James L. Brown helped to save Charles England from burning, Constance, Kentucky, January 3, 1963. England, 76, who lived alone and was partially paralyzed, was asleep in the lower-level bedroom at the rear of a frame dwelling when fire broke out in the adjoining room. Awakened by the smoke, he started toward the bedroom’s outside door but fell to the floor. Brown, 43, steel mill utility operator, and another man were attracted by the flames, which had burned through the outside wall. They forced open the front door and entered the upper level. Meanwhile, Billy J. Wright had been awakened by his wife in their home across the street. Wright dressed hurriedly and ran to the outside door of the bedroom, where he knew England slept. Brown and the other man emerged from the upper level and joined Wright as flames spread along and inside the opposite side of the dwelling. Although cautioned not to enter, Wright forced open the bedroom door; and dense smoke issued through the doorway. While the other man broke a window alongside the door, Brown stepped into the room but inhaled smoke and was forced to retreat. Wright then crawled six feet into the room and probed the floor. Heat was intense and visibility very limited. After returning briefly to the outside for air, Wright crawled farther into the room and called out to England, who groaned feebly. Brown also crawled into the room, moving around the open door to alongside the bed. Both men again were forced out briefly by the smoke and Increasing heat. As Wright and then Brown entered the room a third time, flames appeared at the far end. Wright crawled more than eight feet from the door and found England. Brown crawled to the bed and thence to England. Flames then were within three feet of England and were spreading rapidly. Taking hold of England, Brown and Wright with effort dragged him as they crawled to the door and emerged from the dwelling. An explosive spread of flames then filled the bedroom, and soon afterward the ceiling collapsed. Firemen extinguished the flames, which destroyed all but one room. England was hospitalized for smoke inhalation but died six weeks later.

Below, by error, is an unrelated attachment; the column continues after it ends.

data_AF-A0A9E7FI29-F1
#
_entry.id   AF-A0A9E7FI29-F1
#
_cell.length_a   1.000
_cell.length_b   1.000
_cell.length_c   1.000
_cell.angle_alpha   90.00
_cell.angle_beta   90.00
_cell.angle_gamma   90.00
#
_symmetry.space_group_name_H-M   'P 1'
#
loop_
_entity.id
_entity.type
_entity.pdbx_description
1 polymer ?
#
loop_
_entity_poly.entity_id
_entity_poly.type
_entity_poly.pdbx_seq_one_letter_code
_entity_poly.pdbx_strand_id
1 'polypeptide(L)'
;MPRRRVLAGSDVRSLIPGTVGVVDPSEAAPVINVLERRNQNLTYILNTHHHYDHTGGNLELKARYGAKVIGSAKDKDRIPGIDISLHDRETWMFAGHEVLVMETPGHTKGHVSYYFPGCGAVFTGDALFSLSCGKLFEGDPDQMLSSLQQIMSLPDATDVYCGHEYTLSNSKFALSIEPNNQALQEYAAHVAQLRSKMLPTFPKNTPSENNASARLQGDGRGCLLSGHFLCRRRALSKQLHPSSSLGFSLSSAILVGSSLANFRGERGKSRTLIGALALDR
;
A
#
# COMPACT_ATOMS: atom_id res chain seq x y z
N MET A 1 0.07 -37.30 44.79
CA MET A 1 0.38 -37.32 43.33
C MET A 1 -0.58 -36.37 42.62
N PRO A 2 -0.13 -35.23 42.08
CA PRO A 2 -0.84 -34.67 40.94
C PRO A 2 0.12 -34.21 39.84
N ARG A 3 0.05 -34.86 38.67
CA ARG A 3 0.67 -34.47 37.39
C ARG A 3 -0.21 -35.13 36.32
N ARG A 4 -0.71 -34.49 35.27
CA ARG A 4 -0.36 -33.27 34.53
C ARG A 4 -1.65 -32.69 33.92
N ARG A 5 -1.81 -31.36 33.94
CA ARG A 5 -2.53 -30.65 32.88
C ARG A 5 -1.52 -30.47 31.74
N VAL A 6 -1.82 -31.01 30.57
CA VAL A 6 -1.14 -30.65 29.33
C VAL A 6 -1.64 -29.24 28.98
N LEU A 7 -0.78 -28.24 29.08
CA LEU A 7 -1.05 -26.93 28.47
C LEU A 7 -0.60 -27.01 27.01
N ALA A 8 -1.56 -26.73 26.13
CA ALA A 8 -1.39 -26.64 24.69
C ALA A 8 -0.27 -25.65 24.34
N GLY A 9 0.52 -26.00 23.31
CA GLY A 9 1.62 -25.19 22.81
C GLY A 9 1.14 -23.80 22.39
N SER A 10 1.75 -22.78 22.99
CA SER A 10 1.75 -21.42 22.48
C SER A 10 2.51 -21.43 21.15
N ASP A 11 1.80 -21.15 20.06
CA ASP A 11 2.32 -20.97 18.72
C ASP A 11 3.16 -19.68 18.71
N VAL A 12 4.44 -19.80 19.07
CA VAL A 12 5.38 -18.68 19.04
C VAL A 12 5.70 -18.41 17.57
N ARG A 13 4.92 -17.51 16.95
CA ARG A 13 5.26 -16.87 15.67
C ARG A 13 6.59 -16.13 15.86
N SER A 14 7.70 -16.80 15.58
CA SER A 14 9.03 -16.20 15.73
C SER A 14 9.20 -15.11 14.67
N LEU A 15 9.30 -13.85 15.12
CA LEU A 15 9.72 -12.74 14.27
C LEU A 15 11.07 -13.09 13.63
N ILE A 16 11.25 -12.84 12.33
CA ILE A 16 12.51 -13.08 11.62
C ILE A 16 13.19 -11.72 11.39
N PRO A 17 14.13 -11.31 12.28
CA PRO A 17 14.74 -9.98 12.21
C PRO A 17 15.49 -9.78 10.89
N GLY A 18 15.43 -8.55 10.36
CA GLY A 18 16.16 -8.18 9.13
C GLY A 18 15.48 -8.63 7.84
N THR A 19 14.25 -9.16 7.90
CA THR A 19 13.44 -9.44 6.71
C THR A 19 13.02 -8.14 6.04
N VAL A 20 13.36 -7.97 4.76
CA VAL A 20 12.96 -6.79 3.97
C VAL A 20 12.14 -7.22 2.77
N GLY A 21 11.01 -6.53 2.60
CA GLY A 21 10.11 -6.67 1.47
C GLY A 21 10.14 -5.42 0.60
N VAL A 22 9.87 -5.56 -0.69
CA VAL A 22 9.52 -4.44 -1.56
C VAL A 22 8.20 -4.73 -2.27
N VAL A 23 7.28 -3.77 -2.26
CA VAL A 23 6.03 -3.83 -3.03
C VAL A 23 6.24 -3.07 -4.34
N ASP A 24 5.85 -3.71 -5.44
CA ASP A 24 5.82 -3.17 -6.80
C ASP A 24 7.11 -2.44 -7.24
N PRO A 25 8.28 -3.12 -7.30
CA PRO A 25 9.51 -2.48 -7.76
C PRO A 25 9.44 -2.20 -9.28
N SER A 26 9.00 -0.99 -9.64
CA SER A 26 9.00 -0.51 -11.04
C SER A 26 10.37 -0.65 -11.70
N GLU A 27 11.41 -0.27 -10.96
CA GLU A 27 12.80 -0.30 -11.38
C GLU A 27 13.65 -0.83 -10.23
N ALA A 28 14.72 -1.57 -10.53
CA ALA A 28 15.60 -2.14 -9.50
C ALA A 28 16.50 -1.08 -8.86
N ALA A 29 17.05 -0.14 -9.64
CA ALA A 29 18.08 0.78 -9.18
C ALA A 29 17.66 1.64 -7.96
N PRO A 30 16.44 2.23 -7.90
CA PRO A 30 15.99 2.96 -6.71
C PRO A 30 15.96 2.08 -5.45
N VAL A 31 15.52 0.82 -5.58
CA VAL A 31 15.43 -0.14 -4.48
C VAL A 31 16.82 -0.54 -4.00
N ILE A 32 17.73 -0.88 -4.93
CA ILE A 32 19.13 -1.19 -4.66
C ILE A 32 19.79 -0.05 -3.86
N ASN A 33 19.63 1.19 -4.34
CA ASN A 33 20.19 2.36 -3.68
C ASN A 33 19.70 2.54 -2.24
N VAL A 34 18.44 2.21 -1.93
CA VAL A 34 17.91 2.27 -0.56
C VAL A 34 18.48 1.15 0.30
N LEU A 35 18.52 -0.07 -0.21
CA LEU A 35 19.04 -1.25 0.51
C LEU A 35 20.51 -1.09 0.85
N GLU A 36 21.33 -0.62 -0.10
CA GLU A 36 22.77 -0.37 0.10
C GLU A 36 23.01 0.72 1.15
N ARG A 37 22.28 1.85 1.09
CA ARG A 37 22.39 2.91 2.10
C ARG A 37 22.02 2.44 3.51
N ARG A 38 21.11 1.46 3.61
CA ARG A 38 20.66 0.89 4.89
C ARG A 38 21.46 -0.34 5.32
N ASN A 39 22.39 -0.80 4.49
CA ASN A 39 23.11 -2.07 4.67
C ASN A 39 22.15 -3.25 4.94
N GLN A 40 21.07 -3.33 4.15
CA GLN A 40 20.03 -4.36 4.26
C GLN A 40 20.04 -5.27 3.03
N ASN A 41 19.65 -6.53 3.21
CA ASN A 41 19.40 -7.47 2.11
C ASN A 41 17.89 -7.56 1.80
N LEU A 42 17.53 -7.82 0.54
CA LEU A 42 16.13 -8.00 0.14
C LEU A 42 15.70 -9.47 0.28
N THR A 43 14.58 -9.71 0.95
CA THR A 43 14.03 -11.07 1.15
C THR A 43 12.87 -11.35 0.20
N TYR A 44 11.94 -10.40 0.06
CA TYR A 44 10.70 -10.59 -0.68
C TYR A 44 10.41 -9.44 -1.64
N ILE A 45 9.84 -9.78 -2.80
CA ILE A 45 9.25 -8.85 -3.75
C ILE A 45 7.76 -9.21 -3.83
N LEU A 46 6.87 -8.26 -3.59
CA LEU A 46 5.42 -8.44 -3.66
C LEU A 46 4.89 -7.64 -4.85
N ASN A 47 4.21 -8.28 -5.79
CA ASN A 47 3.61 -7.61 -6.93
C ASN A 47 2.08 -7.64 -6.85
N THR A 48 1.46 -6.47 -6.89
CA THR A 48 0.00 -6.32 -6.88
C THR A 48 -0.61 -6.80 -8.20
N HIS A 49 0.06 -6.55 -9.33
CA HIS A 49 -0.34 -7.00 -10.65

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James L. “Cootie” Brown, 93, of Hebron, Ky., died Jan. 8, 2013. He was a retired finish roller with Interlake Steel of Newport, Ky.
Brown received a Bronze Star for his service in the Army during World War II. He also was a recipient of the Carnegie Medal for risking his own life to drag a man to safety from a burning building in Constance, Ky., in January 1963. He was a member of Hebron Lutheran Church and the Bromley Vets.
Brown was elected to the Ludlow High School Sports Hall of Fame. He enjoyed playing poker and spending time at the Hebron McDonald’s.
He was buried with full military honors at Hebron Lutheran Cemetery.
(Edited from an obituary provided by a family member.)